Regardless of the type of fishing you do, there’s a must-have accessory to keep in your arsenal: polarized sunglasses. Not only they protect your eyes from the sun’s harmful rays, but they enhance your vision, and every angler knows that eyes are the best tool they have to catch fish. Here’s what you should look when it comes to choosing the perfect pair of sunglasses for your fishing trips.
Look for polarized lenses
When buying a pair of fishing sunglasses, you should always choose polarized lenses over regular ones. The reason is, only a polarized filter can eliminate glare, the annoying reflection bouncing off water. Have you ever had that feeling of being blinded by strong, intense light? Well, consider that glare is especially strong on flat surfaces (such as water) and, therefore, it’s crucial to protect your vision while fishing.
Polarized sunglasses will provide superior vision clarity and comfort to your eyes, allowing you to see sharper and more contrasted objects. And if you love sight fishing, you’ll be able to look through the water and see the fish better, instead than just looking at a shiny surface.
Polarized sunglasses tend to be more expensive than regular eyewear, but the extra cost is justified by their quality and manufacturing process. However, they’ll be a solid investment that can last you for years.
How to choose the material
When it comes to lens materials, you have two choices: polycarbonate or glass. Let’s start by saying that no choice is better than the other for fishing purposes and it’s simply a matter of personal preference. Polycarbonate is a material that offers excellent impact-resistance and has very good optical clarity. Moreover, it’s affordable and lightweight, but the downside is that it’s less scratch resistant.
Glass is known for its superior optical clarity and is more scratch-resistant than polycarbonate. Glass is usually more expensive and heavier, which can impact comfort. Before choosing, it’s best to try different pairs to find what works best for you.
Finally, some polarized fishing sunglasses can float if dropped in the water, allowing you to rescue them easily. If you feel that’s something that might happen to you, opt for a pair offering this technology, as well as a hydrophobic coating on the lenses.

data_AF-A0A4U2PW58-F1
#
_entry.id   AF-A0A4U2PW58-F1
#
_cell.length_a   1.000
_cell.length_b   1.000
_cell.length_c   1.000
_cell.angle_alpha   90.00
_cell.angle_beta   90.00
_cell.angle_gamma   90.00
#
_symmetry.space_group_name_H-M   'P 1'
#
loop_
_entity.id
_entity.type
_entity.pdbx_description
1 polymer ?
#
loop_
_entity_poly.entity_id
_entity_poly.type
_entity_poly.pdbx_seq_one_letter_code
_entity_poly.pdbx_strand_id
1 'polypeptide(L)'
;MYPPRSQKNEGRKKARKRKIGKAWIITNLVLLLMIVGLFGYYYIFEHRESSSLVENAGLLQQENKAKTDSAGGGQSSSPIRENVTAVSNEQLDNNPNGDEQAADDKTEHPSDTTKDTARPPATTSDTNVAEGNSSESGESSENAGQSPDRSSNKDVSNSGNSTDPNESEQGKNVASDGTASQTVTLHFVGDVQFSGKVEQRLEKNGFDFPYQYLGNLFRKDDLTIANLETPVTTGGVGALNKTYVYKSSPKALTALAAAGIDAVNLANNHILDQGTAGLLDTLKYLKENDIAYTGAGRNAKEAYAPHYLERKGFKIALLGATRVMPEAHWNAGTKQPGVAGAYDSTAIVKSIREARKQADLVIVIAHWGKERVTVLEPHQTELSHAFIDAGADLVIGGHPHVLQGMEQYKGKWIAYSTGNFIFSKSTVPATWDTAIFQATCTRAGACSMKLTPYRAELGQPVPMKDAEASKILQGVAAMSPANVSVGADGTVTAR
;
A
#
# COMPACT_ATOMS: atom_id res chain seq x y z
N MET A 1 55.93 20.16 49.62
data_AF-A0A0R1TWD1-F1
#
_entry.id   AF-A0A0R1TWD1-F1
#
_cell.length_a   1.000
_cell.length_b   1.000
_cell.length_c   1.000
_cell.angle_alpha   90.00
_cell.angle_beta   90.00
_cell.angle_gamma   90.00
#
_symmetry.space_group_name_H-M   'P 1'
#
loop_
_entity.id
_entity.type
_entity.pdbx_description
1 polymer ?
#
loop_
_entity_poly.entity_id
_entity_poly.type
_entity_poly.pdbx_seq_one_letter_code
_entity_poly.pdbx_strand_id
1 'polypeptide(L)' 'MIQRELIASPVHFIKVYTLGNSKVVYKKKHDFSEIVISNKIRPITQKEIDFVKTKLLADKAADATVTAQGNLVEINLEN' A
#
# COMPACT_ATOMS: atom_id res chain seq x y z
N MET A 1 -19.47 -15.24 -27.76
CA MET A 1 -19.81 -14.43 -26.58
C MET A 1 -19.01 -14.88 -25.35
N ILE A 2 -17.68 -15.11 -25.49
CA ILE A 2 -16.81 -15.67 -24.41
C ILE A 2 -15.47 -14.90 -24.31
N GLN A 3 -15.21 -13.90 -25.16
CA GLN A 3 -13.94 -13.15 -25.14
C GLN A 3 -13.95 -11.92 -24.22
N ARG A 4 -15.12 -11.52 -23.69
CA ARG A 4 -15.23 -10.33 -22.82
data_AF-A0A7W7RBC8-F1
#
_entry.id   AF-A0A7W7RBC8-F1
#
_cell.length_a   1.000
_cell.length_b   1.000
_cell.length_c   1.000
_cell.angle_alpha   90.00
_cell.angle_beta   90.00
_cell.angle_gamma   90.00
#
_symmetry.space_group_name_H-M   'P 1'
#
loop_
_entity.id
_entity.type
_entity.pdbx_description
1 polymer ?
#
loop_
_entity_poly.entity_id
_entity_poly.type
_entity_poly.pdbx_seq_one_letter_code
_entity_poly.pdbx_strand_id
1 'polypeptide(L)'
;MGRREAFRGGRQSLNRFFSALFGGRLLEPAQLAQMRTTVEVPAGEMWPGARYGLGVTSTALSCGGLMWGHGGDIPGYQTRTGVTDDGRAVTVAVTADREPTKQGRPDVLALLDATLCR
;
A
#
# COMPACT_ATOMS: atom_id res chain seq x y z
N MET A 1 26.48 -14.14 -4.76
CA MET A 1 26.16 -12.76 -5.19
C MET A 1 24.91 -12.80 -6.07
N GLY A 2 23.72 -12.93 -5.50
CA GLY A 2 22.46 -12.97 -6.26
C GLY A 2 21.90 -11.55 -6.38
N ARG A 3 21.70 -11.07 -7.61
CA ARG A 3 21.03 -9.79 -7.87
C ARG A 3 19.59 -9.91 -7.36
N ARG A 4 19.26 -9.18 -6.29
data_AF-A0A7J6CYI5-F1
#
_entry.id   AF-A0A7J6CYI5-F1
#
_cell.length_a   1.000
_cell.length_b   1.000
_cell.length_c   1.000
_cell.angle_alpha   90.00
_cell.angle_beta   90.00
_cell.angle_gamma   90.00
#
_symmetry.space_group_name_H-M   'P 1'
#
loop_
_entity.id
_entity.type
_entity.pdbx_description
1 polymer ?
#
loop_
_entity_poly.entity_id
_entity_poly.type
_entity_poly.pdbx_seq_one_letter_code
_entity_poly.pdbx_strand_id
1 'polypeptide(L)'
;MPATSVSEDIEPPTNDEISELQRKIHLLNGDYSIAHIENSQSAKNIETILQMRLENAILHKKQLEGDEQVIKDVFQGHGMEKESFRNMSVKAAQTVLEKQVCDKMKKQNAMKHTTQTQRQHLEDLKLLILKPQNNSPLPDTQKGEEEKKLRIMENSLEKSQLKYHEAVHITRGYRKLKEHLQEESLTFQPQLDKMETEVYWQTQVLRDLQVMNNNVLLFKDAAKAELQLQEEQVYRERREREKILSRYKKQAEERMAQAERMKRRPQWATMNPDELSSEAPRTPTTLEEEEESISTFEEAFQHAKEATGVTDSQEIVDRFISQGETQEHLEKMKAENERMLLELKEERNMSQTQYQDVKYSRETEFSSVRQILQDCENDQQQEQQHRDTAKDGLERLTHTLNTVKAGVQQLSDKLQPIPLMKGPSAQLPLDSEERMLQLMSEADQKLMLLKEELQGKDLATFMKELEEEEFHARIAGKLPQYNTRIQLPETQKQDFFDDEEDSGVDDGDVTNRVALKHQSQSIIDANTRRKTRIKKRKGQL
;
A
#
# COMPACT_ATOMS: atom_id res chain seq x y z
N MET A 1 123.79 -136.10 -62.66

Look for 100% UV protection
Polarization doesn’t automatically mean UV protection. Although most polarized models already include a UV filter, you should always check the label to be sure that the pair you want to buy is safe for your eyes. Look for the UV400 label, meaning that the lenses can block 100% of harmful ultraviolet rays.
The design is important
You’ll find different frames and styles out there, but does it really matter which one you choose? Actually, it does: picking the right frame has nothing to do with aesthetic, but it’s a matter of comfort and functionality.
A wrap-around style is the perfect choice if you often fish in bright environments (such as in the open sea), since their design will prevent light from entering from the sides, offering you top-notch protection. You can also get graduated polarized sunglasses, but if you simply want to wear your regular prescription glasses underneath your sunnies, look for wider frames: some are especially designed so you can wear two pairs.
Which color to pick?
Polarized sunglasses come in a variety of colors, and each shade works best in different environments. Gray, blue and green are your best choice when the light is very intense; while yellow, copper and orange work best when the light is low and offer the best depth perception.
A few more tips
So far, you should be able to choose the best pair of sunglasses for your next fishing trip. Remember that the best sunglasses should sit comfortably on your nose and ears and the weight should be evenly distributed.
If you’re shopping online and have no idea about how they fit or whether they’ll suit your face, read the product description carefully: every manufacturer will include guidelines (such as “fits smaller faces”) that will help you choose the best option for you.